German Immigrants and J. P. Morgan’s Securities Underwriting Syndicates

The Immigrant Entrepreneurship project offers a transnational perspective on American history. Transaction records from the J. P. Morgan & Co. Syndicate Books help us understand how a transnational society of bankers networked funds around the world by forming syndicates to support the globalization process. Syndicate participation provided a way for many German immigrants and German-Americans to attain both economic success and social status in America.

Rapp, Johann Georg

In 1803, George Rapp left his native Württemberg for the United States of America in search of the Promised Land. Between 1804 and 1825, Rapp and his sectarians established three utopian communities in the United States, each housing as many as eight hundred people. In order to realize his goal of a perfect society, Rapp established an organizational model that clearly defined interactions between his society and the outside world and religious observances. His so-called Divine Economy enabled him to negotiate between the community’s practice of an inner-communal socialism, external capitalist entrepreneurship, and spiritual millennial beliefs. Moreover, by adhering to this model, Rapp and his followers transitioned successfully from self-sustaining agricultural work to frontier marketing, manufacturing, and global business activities.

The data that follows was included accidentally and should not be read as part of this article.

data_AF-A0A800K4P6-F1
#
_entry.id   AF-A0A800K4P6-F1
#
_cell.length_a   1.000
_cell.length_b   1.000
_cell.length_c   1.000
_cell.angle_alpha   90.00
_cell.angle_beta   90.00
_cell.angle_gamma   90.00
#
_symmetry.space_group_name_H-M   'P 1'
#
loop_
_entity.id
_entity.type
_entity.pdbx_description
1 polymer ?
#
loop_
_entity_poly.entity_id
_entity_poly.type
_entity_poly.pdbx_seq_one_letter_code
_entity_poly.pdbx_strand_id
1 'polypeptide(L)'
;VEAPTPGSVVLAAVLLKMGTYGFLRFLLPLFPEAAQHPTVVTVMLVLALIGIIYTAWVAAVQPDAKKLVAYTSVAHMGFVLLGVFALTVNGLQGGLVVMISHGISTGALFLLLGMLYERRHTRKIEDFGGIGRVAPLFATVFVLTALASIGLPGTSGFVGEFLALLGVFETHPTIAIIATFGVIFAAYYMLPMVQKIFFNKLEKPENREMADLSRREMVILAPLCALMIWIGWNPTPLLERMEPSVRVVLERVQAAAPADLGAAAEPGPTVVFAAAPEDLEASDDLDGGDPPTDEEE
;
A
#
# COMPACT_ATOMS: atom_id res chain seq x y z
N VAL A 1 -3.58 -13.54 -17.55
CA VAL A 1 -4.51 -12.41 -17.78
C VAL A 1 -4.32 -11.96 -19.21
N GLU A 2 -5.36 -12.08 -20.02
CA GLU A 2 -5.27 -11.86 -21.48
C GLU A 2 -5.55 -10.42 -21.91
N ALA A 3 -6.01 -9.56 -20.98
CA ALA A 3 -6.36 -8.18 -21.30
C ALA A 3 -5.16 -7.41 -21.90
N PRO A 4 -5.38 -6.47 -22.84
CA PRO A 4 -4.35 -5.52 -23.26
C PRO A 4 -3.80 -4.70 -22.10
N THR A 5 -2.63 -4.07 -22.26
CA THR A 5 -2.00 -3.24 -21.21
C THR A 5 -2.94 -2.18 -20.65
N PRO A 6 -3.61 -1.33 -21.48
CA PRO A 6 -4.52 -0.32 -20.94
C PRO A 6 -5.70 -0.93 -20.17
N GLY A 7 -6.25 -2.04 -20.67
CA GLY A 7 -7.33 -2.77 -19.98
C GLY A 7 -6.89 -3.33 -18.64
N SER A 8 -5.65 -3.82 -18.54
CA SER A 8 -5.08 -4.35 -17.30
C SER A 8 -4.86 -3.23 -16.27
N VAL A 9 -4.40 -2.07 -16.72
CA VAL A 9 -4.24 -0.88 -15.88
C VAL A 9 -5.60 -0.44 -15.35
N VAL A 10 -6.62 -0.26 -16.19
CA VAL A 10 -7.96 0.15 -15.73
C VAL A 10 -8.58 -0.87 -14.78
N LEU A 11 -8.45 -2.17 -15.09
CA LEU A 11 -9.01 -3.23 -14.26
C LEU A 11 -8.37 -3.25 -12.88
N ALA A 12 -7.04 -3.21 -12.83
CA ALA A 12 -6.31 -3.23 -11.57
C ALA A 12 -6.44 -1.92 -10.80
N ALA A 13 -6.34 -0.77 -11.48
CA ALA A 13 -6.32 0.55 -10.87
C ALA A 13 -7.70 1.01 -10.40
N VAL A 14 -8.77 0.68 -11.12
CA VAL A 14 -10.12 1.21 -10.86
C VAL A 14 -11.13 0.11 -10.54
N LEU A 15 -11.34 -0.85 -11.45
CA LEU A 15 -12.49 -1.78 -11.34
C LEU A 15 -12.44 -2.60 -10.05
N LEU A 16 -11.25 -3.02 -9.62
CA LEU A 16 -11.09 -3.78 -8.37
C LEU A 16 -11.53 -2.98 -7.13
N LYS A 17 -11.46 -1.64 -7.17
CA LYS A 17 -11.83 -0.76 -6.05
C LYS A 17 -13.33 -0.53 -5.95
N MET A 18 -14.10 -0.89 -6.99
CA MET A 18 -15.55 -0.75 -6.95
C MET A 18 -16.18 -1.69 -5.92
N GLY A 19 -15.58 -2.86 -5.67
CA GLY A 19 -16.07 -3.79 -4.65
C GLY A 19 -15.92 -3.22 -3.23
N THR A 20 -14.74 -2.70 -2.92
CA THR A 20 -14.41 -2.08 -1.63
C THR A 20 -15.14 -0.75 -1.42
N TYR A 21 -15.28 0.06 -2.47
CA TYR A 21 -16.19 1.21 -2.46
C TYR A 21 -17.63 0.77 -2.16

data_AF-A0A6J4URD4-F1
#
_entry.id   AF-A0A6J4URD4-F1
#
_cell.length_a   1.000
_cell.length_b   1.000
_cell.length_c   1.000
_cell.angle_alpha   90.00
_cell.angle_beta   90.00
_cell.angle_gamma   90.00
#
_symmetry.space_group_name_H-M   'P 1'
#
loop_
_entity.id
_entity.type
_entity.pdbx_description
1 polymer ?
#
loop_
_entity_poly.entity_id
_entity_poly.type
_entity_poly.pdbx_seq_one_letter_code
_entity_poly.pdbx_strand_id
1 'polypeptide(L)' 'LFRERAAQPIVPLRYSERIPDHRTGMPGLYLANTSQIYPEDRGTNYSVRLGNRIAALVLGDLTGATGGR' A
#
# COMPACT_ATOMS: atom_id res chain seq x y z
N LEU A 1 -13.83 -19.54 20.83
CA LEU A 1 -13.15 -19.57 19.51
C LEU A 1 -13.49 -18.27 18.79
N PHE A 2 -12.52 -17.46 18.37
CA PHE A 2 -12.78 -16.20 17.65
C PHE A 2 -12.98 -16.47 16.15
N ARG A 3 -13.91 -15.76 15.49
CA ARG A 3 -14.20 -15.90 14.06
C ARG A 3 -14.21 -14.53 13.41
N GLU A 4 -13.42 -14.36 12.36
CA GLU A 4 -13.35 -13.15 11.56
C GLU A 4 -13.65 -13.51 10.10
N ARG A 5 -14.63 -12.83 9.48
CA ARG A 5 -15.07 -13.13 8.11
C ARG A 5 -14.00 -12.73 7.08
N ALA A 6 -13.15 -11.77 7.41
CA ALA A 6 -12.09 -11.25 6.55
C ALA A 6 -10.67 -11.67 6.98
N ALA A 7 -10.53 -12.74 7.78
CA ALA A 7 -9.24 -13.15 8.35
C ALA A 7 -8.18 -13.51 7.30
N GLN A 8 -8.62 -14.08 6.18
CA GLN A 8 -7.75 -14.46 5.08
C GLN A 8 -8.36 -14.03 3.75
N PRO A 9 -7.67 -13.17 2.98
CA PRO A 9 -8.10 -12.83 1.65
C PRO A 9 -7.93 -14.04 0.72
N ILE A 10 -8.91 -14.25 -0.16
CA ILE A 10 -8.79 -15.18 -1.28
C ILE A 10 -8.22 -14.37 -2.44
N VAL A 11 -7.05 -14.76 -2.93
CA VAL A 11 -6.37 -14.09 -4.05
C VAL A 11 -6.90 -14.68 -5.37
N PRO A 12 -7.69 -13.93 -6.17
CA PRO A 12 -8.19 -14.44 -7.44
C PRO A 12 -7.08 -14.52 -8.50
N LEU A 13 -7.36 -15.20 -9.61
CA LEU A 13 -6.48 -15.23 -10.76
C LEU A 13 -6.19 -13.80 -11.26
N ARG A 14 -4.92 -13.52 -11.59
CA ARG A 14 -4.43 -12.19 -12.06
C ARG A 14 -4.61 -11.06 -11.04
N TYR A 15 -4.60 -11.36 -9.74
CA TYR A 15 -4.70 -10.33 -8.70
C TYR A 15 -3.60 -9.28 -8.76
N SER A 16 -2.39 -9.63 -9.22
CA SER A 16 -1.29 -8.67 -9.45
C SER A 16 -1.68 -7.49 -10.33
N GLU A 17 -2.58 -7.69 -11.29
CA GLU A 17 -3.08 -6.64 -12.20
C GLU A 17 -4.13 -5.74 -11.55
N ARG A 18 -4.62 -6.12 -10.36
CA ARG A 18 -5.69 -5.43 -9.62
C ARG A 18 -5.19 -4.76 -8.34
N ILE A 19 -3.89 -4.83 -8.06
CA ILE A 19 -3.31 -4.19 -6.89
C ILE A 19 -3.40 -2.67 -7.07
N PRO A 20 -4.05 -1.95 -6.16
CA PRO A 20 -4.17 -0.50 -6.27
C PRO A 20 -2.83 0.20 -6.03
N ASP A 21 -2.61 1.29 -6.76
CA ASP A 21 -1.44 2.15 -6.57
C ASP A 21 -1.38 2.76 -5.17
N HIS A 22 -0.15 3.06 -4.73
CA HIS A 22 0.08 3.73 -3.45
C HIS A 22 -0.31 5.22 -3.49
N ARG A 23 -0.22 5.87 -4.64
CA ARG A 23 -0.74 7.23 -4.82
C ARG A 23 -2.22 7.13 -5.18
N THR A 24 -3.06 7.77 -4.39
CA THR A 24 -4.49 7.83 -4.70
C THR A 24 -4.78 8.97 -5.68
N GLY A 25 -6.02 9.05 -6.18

Sutro, Adolph

Adolph Sutro, full name Adolph Heinrich Joseph Sutro, was a German merchant, entrepreneur, and politician who emigrated from Aachen, Germany to San Francisco with a ferocious ambition to attain success in the “New World.” Rarely lacking doubt in his own capabilities, Sutro pursued a variety of businesses in pursuit of both financial success and public renown, including the construction of the Sutro Tunnel as part of the development of the Comstock Lode silver mine in Nevada and the development of a large real estate portfolio in his adopted hometown of San Francisco.